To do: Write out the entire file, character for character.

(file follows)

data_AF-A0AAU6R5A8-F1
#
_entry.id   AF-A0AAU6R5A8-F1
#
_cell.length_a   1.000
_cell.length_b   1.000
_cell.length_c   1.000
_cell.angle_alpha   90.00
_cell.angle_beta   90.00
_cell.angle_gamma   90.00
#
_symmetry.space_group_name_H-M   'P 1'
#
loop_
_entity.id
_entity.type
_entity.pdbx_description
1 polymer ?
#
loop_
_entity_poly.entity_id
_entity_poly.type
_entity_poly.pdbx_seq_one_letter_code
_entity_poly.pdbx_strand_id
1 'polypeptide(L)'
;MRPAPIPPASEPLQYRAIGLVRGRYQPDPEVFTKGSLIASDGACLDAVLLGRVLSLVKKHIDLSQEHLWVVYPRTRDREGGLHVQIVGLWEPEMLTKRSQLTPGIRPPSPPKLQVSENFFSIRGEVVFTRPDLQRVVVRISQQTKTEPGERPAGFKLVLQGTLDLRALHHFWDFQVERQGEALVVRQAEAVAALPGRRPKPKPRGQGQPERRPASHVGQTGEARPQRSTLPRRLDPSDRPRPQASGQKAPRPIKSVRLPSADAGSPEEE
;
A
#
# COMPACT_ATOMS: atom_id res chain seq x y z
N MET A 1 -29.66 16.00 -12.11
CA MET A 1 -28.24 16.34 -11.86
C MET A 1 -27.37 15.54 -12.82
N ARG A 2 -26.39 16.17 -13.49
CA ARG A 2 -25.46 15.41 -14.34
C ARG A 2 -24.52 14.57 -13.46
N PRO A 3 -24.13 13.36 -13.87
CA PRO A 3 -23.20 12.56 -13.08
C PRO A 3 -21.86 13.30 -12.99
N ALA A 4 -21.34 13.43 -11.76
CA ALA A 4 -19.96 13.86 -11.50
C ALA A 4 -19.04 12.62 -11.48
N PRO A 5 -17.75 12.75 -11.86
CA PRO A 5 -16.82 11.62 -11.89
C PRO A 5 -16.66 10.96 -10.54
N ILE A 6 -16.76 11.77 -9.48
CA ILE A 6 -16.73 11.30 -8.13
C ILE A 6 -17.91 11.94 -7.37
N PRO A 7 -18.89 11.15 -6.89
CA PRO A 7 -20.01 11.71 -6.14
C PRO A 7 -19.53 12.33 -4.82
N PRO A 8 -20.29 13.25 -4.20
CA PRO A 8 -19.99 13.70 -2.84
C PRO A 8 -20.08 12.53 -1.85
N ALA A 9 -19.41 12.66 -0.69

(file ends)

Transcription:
data_AF-A0AAU6R5A8-F1
#
_entry.id   AF-A0AAU6R5A8-F1
#
_cell.length_a   1.000
_cell.length_b   1.000
_cell.length_c   1.000
_cell.angle_alpha   90.00
_cell.angle_beta   90.00
_cell.angle_gamma   90.00
#
_symmetry.space_group_name_H-M   'P 1'
#
loop_
_entity.id
_entity.type
_entity.pdbx_description
1 polymer ?
#
loop_
_entity_poly.entity_id
_entity_poly.type
_entity_poly.pdbx_seq_one_letter_code
_entity_poly.pdbx_strand_id
1 'polypeptide(L)'
;MRPAPIPPASEPLQYRAIGLVRGRYQPDPEVFTKGSLIASDGACLDAVLLGRVLSLVKKHIDLSQEHLWVVYPRTRDREGGLHVQIVGLWEPEMLTKRSQLTPGIRPPSPPKLQVSENFFSIRGEVVFTRPDLQRVVVRISQQTKTEPGERPAGFKLVLQGTLDLRALHHFWDFQVERQGEALVVRQAEAVAALPGRRPKPKPRGQGQPERRPASHVGQTGEARPQRSTLPRRLDPSDRPRPQASGQKAPRPIKSVRLPSADAGSPEEE
;
A
#
# COMPACT_ATOMS: atom_id res chain seq x y z
N MET A 1 -29.66 16.00 -12.11
CA MET A 1 -28.24 16.34 -11.86
C MET A 1 -27.37 15.54 -12.82
N ARG A 2 -26.39 16.17 -13.49
CA ARG A 2 -25.46 15.41 -14.34
C ARG A 2 -24.52 14.57 -13.46
N PRO A 3 -24.13 13.36 -13.87
CA PRO A 3 -23.20 12.56 -13.08
C PRO A 3 -21.86 13.30 -12.99
N ALA A 4 -21.34 13.43 -11.76
CA ALA A 4 -19.96 13.86 -11.50
C ALA A 4 -19.04 12.62 -11.48
N PRO A 5 -17.75 12.75 -11.86
CA PRO A 5 -16.82 11.62 -11.89
C PRO A 5 -16.66 10.96 -10.54
N ILE A 6 -16.76 11.77 -9.48
CA ILE A 6 -16.73 11.30 -8.13
C ILE A 6 -17.91 11.94 -7.37
N PRO A 7 -18.89 11.15 -6.89
CA PRO A 7 -20.01 11.71 -6.14
C PRO A 7 -19.53 12.33 -4.82
N PRO A 8 -20.29 13.25 -4.20
CA PRO A 8 -19.99 13.70 -2.84
C PRO A 8 -20.08 12.53 -1.85
N ALA A 9 -19.41 12.66 -0.69